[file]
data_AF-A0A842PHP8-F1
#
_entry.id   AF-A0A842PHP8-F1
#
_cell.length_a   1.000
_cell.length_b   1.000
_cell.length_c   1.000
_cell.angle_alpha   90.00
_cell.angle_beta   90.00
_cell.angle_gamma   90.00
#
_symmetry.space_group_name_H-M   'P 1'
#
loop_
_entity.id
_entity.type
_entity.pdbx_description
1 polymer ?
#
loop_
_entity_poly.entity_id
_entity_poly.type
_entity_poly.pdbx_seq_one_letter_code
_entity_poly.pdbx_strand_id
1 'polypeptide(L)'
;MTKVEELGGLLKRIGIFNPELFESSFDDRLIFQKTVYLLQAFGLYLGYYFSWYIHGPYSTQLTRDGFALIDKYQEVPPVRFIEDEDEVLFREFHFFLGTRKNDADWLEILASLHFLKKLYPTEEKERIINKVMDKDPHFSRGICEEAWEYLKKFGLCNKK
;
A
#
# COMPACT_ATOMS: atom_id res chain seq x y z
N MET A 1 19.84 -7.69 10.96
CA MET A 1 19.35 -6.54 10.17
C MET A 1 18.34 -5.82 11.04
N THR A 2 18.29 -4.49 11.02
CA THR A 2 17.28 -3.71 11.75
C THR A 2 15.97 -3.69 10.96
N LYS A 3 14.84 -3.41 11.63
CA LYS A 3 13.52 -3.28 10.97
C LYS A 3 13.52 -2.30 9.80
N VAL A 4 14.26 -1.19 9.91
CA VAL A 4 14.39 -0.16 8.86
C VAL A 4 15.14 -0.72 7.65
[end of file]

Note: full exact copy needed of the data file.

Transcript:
data_AF-A0A842PHP8-F1
#
_entry.id   AF-A0A842PHP8-F1
#
_cell.length_a   1.000
_cell.length_b   1.000
_cell.length_c   1.000
_cell.angle_alpha   90.00
_cell.angle_beta   90.00
_cell.angle_gamma   90.00
#
_symmetry.space_group_name_H-M   'P 1'
#
loop_
_entity.id
_entity.type
_entity.pdbx_description
1 polymer ?
#
loop_
_entity_poly.entity_id
_entity_poly.type
_entity_poly.pdbx_seq_one_letter_code
_entity_poly.pdbx_strand_id
1 'polypeptide(L)'
;MTKVEELGGLLKRIGIFNPELFESSFDDRLIFQKTVYLLQAFGLYLGYYFSWYIHGPYSTQLTRDGFALIDKYQEVPPVRFIEDEDEVLFREFHFFLGTRKNDADWLEILASLHFLKKLYPTEEKERIINKVMDKDPHFSRGICEEAWEYLKKFGLCNKK
;
A
#
# COMPACT_ATOMS: atom_id res chain seq x y z
N MET A 1 19.84 -7.69 10.96
CA MET A 1 19.35 -6.54 10.17
C MET A 1 18.34 -5.82 11.04
N THR A 2 18.29 -4.49 11.02
CA THR A 2 17.28 -3.71 11.75
C THR A 2 15.97 -3.69 10.96
N LYS A 3 14.84 -3.41 11.63
CA LYS A 3 13.52 -3.28 10.97
C LYS A 3 13.52 -2.30 9.80
N VAL A 4 14.26 -1.19 9.91
CA VAL A 4 14.39 -0.16 8.86
C VAL A 4 15.14 -0.72 7.65